So you’re now Living in Munich and have just scored yourself a job or a placement in a University in the Bavarian Capital.
You’re very excited to try the famous Bavarian Beer and the Pork Knuckle, but you’re also wondering about how expensive it actually is to live in Munich.
Unfortunately, due to the high demand for affordable housing in Munich, renting in this city can be a challenge! And for many, is a nightmare!
From personal experiences in renting apartments – before and during COVID, we thought sharing a few hacks and tips will help you find your perfect nest in this beautiful city and hopefully ensure your Living in Munch experience is a positive one.
In this blog post, we’ll cover topics such as Rental Cost Expectations, the Best Neighbourhoods in Munich to Live, Rental Search Resources, and Rental Documentation Preparations.
So, auf geht’s (Let’s go)!
The Popularity of Munich City
So you might ask, why is it so hard and expensive to find an apartment to rent in Munich?
In short, Munich is one of the most desired German cities to live in. It’s even considered as the “Secret Capital of Germany”. The city is safe, clean, and it has a thriving economy.
Being the home of numerous high-tech and commercial powerhouses like Siemens, Allianz and BMW, you can also find well-established universities here.
Munich is also comprised of numerous green spaces. With the Isar River running in the middle of the city, it surely makes the city enjoyable to live in. Therefore, you should be not surprised that Munich is a popular city to live in.
In conclusion, the high rental housing crisis is the typical “demand and supply” scenario.
Munich Rental prices
To give you a general perspective, according to a survey conducted by the Munich Tenants Association, around 40% of tenants spend more than 35% of their household net income on rent.
An updated record also shows in April 2022, the average rental price is €20.82/m2.
Here, you can see in detail, the rental price trend relative to apartment size and cost in varied areas.
Living in Munich: Where is Best?
Now after knowing the price, you might be a little shocked. Auf jeden fall (in any case), you have decided to Live in Munich. You then ask yourself, where is the best place to live in Munich?
There’s of course no one single easy answer to this question, as it’s depended on your lifestyle, family and financial situation.
To decide which neighbour is most suitable for you, you can first have a look at the average cost for rent in different areas here.
We have also generated a map to show you the more popular neighbourhoods.
The areas marked in yellow are areas preferred by the younger crowd. Not only there’s a wide range of shopping, cafes and restaurants in this area, but also great for enjoying the night-life.
The green-marked areas are more favoured by families with kids. In these neighbourhoods, they are filled with numerous green spaces with parks and have a more community (Gemeinschaft) atmosphere.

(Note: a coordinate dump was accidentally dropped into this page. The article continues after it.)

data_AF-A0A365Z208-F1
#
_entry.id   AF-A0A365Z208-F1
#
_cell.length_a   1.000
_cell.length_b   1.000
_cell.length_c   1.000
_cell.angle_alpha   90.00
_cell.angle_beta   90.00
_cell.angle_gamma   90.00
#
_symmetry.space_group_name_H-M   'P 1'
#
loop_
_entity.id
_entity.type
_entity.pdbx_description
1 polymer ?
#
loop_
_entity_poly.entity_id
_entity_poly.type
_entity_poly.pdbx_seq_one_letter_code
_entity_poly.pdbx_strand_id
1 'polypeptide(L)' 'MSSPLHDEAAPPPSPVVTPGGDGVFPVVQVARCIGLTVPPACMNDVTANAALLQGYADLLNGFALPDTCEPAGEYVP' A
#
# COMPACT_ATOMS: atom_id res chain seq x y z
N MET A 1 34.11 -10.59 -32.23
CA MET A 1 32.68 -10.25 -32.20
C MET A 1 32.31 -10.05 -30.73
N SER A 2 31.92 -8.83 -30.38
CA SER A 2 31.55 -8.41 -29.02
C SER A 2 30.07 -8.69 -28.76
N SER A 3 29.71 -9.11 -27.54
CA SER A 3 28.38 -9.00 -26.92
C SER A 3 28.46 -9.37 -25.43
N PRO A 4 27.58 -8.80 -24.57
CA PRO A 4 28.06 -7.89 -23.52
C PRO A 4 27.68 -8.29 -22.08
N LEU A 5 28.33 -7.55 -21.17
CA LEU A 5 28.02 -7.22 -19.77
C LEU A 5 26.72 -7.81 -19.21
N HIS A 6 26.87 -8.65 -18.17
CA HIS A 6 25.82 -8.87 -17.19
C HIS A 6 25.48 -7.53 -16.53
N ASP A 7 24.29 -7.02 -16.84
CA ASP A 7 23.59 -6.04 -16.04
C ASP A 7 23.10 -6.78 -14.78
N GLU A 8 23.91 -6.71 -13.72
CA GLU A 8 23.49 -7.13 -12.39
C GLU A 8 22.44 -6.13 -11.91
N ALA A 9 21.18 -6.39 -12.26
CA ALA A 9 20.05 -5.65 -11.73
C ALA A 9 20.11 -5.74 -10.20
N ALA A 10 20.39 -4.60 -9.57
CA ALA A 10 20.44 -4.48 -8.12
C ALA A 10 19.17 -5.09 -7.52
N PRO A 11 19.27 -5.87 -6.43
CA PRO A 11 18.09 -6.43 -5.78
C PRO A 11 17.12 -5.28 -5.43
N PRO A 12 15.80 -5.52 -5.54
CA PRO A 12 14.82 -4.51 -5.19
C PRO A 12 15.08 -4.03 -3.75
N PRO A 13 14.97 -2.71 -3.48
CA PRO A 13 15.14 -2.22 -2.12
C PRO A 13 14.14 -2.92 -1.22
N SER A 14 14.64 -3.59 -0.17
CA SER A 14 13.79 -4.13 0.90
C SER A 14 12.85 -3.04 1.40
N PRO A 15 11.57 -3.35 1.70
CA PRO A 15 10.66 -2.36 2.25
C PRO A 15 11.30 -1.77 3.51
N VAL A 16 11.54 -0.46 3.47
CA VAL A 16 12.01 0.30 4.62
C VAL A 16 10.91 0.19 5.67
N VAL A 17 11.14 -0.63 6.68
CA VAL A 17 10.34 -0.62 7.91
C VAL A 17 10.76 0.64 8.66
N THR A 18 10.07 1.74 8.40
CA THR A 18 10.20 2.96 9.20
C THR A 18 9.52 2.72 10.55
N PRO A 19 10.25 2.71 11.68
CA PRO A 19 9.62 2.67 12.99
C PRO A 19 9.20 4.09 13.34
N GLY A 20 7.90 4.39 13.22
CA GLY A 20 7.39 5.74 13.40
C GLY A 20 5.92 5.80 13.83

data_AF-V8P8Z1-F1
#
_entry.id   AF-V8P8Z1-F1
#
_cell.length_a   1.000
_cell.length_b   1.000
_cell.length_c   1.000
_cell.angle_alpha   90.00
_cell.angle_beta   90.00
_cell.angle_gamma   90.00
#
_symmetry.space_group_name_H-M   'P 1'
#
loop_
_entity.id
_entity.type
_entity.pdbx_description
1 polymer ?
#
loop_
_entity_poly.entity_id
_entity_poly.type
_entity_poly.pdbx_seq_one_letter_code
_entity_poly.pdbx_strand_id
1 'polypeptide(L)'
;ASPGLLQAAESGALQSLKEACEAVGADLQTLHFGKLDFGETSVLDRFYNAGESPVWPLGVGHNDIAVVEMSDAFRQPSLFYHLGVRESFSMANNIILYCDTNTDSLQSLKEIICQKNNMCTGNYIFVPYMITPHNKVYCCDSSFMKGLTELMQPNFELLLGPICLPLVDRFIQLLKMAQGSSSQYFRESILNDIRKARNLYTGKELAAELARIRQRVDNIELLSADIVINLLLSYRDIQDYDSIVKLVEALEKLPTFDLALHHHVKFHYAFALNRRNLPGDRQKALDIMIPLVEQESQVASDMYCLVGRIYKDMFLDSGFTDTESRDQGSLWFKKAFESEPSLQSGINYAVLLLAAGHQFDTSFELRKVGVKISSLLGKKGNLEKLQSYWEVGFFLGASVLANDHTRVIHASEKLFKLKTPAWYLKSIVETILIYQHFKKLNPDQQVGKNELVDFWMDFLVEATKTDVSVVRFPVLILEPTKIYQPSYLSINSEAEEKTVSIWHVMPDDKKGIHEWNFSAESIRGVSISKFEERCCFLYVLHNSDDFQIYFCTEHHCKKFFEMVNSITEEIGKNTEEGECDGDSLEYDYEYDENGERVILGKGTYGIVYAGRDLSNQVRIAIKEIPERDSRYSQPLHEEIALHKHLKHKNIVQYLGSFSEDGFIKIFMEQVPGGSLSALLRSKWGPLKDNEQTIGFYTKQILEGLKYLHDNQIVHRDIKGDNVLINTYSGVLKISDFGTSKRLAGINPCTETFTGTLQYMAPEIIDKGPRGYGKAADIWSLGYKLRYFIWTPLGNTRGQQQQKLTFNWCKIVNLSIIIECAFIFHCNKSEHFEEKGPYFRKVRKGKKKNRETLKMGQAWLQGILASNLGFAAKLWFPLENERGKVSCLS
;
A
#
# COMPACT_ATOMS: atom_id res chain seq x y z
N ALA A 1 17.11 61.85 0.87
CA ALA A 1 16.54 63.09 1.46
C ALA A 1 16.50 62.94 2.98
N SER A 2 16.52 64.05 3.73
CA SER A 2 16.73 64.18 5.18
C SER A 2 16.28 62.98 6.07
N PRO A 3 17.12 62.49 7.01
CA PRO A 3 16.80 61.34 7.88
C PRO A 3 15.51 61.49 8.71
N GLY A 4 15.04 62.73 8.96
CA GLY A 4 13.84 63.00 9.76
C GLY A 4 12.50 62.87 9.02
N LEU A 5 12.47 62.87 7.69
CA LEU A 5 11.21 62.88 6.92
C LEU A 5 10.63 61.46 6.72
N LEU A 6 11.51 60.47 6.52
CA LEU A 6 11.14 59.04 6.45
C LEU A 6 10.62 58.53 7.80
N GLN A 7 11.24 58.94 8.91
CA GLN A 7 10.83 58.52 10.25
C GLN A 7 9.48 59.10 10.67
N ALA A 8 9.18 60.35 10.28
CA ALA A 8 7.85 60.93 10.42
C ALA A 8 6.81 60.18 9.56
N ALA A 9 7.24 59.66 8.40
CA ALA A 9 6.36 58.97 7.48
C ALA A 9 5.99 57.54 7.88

As a rule of thumb, like in every city, the closer you live to the city centre and the higher accessibility to public transportations, the more expensive it is.
How to search for rental Properties in Munich
Knowing where you want to live in Munich now, we will explain the different ways to find rentals in Munich.
Here are our recommendations for resources that will definitely assist your dream of Living in Munich. recommend.
For Short-Term, Fully Furnished Rentals In Munich:
The following are useful sites for people who have yet arrived in Munich and/or need temporary accommodation. The advantage of these short-term rentals is that you get to explore different areas before settling down to a full-term contract.
These platforms are user friendly and the contract can be easily done online. In saying that, you should be ready to pay a higher rent than the local market.
Mr. Lodge : features luxurious properties, catering studios, small and family sized apartments. It’s particularly convenient if you have a pet, as most short term by local leases will not allow it.
LifeX : offers modern co-living space. Ideal for single, young professionals.
Spotahome : full apartments and co-sharing spaces are available. The advantage of using this service is that the agent will do the viewing for you.
A 360-degree tour guide is offered with HD photos, the company will even suss out the smallest details to your satisfaction.
Homelike :it works like something between a hotel and Airbnb booking. It offers private studios, apartments and also co-living spaces. The advantage of this platform is that you can book instant online, it allows free cancellations and has self-check-in system.
WG-gesucht : WG is short for Wohngemeinschaft, meaning shared accommodation.
This is particularly handy for students or young professionals, as the rooms are usually already furnished and utilities like wi-fi are already set up. You can literally move in with just your suitcases making Living in Munich a breeze!
If you are new in Munich and want to live in a more social Gemeinschaft (community) atmosphere, this could be a good option for you.
For long-term, fully furnished and unfurnished rentals In Munich
In contrast to many countries, long-term apartment rental is very common in Germany. A survey in 2020 indicated 65% Bevölkerung (population) in Munich age 18 live in a rented property.
Although many city dwellers have moved out of the city since the COVID pandemic, the price of rent and properties have nevertheless remained high. Sadly for many of us, this trend will remain. You can see another trend report of property here.